(Adds comment from Ernst & Young and details about case)
By Suzanne Barlyn
Oct 18 Ernst & Young will pay $11.8 million to
settle charges over "failed audits" of oil services company
Weatherford International Plc <WFT.N >, the U.S. Securities and
Exchange Commission said on Tuesday.
An Ernst & Young partner who coordinated the audits and a
former tax partner who was part of the audit team were also
charged in the SEC's order, the agency said in a statement.
Under the settlement, both agreed to suspensions from
working as accountants in SEC-related matters. The two
"disregarded significant red flags during the audits and
reviews," the SEC said.
The charges followed a $140 million penalty on Weatherford
announced last month to settle charges it inflated earnings in
its 2007-2010 financial statements. Weatherford, which had been
promoting its favorable tax rate to analysts, restated its
earnings in 2011.
Ernst & Young neither admitted nor denied the SEC findings.
"Audit quality is central to EY and all of our
stakeholders," said Ernst & Young spokeswoman Amy Call Well in a
statement. "Since the time of the Weatherford audits, and as
referenced in the SEC Order, EY has taken significant steps in
improving audit quality."
The SEC found that Ernst & Young classified Weatherford
audits as high-risk but repeatedly failed to detect the
company's fraud until it had continued for more than four years.
The Ernst & Young audit team knew of accounting adjustments
that Weatherford was making to significantly lower the amount it
set aside at the end of each year for income taxes, the SEC
But the auditors relied on Weatherford's "unsubstantiated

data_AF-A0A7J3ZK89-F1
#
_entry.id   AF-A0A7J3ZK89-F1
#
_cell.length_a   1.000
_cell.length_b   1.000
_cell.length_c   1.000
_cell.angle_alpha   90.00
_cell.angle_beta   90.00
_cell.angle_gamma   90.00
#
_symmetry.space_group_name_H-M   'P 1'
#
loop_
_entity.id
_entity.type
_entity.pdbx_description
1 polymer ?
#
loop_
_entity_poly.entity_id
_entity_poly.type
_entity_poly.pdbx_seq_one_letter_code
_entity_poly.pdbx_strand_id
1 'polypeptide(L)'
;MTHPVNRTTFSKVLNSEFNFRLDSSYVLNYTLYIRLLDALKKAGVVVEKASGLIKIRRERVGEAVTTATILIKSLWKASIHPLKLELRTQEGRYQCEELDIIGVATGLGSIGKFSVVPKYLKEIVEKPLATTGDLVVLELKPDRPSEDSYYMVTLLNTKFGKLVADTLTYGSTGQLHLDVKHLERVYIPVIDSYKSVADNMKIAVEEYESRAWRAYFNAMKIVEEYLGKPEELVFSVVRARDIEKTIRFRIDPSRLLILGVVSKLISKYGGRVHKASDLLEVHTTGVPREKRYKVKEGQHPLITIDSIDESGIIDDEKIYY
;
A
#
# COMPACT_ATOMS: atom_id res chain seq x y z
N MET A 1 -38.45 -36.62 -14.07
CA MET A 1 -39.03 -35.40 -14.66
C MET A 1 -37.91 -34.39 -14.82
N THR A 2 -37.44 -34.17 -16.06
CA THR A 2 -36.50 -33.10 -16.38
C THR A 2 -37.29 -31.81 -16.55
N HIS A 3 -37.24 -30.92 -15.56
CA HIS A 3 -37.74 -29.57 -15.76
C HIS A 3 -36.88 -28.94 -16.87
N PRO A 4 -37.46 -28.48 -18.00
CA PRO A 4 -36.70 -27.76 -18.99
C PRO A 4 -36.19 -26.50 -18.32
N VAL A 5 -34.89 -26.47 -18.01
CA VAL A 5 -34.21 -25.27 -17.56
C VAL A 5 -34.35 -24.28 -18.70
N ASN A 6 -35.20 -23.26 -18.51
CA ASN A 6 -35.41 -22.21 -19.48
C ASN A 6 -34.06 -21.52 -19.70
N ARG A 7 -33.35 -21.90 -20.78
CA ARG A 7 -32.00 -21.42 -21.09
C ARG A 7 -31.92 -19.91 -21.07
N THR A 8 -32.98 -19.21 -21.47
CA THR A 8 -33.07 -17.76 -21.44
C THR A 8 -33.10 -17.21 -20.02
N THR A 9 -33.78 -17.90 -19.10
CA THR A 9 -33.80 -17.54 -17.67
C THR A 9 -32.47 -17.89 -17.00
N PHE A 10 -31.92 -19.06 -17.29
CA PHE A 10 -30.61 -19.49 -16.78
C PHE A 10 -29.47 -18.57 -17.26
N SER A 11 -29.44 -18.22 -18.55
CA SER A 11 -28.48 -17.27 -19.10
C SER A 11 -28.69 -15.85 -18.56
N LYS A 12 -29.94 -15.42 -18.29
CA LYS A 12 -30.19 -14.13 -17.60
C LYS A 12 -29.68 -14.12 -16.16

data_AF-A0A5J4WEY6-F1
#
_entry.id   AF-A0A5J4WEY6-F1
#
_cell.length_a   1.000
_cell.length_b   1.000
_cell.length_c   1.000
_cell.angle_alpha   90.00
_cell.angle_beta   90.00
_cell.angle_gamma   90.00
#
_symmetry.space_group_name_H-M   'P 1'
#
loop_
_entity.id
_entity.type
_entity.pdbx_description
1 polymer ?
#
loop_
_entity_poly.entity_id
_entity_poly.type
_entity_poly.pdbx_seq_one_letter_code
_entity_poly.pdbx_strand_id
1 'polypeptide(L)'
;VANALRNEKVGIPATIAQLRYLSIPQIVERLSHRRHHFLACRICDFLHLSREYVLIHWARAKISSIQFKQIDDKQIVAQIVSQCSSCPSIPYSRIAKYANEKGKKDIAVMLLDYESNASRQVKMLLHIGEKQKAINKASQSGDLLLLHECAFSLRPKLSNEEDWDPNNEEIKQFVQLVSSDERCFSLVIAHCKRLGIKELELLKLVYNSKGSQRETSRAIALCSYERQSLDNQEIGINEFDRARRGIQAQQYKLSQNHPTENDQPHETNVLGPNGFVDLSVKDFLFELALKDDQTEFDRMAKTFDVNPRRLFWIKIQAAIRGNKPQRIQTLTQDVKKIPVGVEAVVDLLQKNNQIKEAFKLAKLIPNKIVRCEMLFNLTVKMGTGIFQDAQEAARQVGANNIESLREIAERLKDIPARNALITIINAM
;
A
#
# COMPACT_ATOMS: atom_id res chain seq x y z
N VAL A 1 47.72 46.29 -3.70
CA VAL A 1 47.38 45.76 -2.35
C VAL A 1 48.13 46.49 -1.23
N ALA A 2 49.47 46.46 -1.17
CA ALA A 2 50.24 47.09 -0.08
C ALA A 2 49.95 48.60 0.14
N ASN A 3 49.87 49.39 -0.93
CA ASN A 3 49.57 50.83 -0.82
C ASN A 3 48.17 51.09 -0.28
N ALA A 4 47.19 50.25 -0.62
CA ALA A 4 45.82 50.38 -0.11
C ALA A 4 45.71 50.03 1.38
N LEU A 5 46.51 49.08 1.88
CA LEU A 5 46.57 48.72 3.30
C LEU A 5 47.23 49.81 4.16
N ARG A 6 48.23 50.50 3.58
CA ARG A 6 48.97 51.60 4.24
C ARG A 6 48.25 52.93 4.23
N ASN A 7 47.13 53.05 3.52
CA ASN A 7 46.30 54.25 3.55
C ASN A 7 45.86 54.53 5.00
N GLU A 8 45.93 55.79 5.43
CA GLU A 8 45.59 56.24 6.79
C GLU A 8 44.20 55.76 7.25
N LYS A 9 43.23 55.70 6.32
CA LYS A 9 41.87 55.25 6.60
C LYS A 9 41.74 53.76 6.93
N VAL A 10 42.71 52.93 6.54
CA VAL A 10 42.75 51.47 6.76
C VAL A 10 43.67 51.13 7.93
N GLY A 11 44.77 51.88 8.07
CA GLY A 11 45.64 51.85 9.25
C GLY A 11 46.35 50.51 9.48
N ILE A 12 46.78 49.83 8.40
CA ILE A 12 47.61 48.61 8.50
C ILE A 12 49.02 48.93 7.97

explanations" instead of performing required audit procedures to
scrutinize Weatherford's accounting, the SEC said.
Weatherford became an Ernst & Young client in 2001, quickly
gaining a reputation as a "particularly risky and difficult
client," according to the SEC settlement.
From at least 2004, Ernst & Young concluded that Weatherford
posed a "significant risk to the firm" that could be detrimental
monetarily or to its reputation. The firm designated Weatherford
as a high-risk client that would require more "detailed review"
by senior audit team members, according to the settlement.
A former Ernst & Young senior tax advisor, Sarah Adams,
questioned Weatherford's accounting practices as early as 2007,
when the company's fraud began, but signed off on various
Weatherford auditing documents, along with Craig Fronckiewicz,
the partner who coordinated the audit team, the SEC said.
Adams, for example, questioned a $439 million adjustment by
Weatherford, in 2007, but accepted its verbal explanation, the
SEC said. The two "failed to review meaningfully or substantiate
the adjustment through basic reconciliation or other audit
procedures that likely would have revealed the error," the SEC
Lawyers for Adams and Fronckiewicz could not be reached for
comment. The two neither admitted nor denied the SEC's findings.
Fronckiewicz can reapply to work on SEC-related accounting
matters after two years, while Adams can apply for reinstatement
after a year, the SEC said.
(Reporting by Susan Heavey; Editing by Mohammad Zargham, Steve
Orlofsky and Meredith Mazzilli)